[R] a question on statistics (rather than R-specific)
Prof Brian D Ripley
ripley at stats.ox.ac.uk
Fri Jun 21 17:49:46 CEST 2002
On Fri, 21 Jun 2002, Boryeu Mao wrote:
> Thanks for the reply. Since the 3 categories are ordinal (the data are
> grouped into the categories from continuous variable), what would be the
> appropriate function for 2-category ordered data? (though I will try
> multinom() on the data.)
Is it two or three categories? A multinomial model is always appropriate,
but a POLR model makes a strong proportionality assumption which may or
may not be appropriate.
As I said, there is a worked example in MASS (the book), including
examining the POLR assumption.
> -----Original Message-----
> From: Prof Brian D Ripley [mailto:ripley at stats.ox.ac.uk]
> Sent: Thursday, June 20, 2002 11:37 PM
> To: Boryeu Mao
> Cc: r-help at stat.math.ethz.ch
> Subject: Re: [R] a question on statistics (rather than R-specific)
> On Thu, 20 Jun 2002, Boryeu Mao wrote:
> > I have used plor() to model a rather large 3-category dataset (~1500 data
> > points, ~15 independent variables); from the resulting model (with a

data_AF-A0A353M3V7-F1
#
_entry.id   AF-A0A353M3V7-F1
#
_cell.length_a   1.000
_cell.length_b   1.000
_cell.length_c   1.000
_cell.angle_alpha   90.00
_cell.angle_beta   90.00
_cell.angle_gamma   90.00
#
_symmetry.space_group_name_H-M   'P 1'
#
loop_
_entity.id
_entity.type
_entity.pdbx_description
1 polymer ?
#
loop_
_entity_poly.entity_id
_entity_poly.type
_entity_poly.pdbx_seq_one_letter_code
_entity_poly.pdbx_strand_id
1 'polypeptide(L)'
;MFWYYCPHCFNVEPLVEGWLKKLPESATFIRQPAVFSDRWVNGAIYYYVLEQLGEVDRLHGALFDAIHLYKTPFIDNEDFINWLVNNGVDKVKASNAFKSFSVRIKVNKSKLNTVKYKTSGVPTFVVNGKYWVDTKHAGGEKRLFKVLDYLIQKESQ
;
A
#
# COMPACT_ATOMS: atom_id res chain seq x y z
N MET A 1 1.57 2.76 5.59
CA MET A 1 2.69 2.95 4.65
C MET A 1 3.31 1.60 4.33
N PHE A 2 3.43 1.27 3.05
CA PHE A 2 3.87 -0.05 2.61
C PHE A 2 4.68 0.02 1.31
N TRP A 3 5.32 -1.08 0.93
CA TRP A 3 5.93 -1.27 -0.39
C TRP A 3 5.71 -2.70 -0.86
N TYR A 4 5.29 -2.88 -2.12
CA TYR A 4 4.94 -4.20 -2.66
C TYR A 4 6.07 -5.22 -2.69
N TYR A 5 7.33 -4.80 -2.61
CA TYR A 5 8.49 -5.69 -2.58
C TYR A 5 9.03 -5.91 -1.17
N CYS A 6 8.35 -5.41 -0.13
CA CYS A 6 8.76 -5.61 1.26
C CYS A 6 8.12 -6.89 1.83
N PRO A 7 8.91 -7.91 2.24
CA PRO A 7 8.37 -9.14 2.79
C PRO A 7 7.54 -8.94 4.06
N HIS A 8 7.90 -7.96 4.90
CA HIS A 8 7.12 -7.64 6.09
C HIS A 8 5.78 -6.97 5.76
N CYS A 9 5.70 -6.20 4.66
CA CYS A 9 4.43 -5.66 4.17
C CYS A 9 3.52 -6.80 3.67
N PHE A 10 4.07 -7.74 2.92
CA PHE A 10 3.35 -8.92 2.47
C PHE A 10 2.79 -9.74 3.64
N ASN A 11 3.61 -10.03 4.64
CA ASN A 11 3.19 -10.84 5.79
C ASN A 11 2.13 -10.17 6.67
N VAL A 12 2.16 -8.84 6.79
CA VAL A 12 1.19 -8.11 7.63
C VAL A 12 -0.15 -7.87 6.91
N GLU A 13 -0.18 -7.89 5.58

> > deviance slightly below the residual degrees of freedom), the training
> > are placed in only the two extreme categories. Though the result appears
> > indicate that there's only a relative 'narrow' bin for the medium group,
> > [and when the dataset is re-organized into 2 categories, glm(family =
> > binomial(link = logit) ...) gives a model with a deviance reduced by about
> > half from the 3-category polr() result], I am questioning if this (the
> > 'narrow-bin') interpretation is too simplistic (or entirely incorrect),
> > wondering about the meaning of the absence of (fitted) data points in the
> > medium group.
> > Thanks in advance for any hints/pointers!
> Probably the POLR model is inappropriate: try multinom for a fair
> comparison (you cannot compare likelihoods on grouped and ungrouped data).
> See the examples in MASS (the book) which is where polr() comes from.
> Brian D. Ripley, ripley at stats.ox.ac.uk
> Professor of Applied Statistics, http://www.stats.ox.ac.uk/~ripley/
> University of Oxford, Tel: +44 1865 272861 (self)
> 1 South Parks Road, +44 1865 272860 (secr)
> Oxford OX1 3TG, UK Fax: +44 1865 272595
Brian D. Ripley, ripley at stats.ox.ac.uk
Professor of Applied Statistics, http://www.stats.ox.ac.uk/~ripley/
University of Oxford, Tel: +44 1865 272861 (self)
1 South Parks Road, +44 1865 272860 (secr)
Oxford OX1 3TG, UK Fax: +44 1865 272595
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